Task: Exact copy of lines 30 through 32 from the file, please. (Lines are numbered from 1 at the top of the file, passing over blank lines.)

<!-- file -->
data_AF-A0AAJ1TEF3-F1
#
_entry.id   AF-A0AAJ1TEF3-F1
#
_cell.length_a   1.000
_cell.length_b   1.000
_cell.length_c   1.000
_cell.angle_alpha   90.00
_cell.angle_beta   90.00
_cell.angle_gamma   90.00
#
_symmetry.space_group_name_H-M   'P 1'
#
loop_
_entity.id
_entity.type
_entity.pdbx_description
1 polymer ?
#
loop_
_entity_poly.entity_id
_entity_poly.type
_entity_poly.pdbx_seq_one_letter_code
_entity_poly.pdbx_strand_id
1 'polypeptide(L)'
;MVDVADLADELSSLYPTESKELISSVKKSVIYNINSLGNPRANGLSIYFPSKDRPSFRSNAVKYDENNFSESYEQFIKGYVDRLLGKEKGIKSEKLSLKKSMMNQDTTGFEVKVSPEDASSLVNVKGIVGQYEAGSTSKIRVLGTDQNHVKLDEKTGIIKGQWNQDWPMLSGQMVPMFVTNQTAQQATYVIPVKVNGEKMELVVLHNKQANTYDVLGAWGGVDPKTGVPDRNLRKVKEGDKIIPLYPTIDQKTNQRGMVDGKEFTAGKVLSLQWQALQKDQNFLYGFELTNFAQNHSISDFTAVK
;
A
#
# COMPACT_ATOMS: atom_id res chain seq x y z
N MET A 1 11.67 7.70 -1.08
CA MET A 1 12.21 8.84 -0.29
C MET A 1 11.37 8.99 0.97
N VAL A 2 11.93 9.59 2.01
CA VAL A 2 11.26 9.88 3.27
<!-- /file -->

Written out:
# COMPACT_ATOMS: atom_id res chain seq x y z
N MET A 1 11.67 7.70 -1.08
CA MET A 1 12.21 8.84 -0.29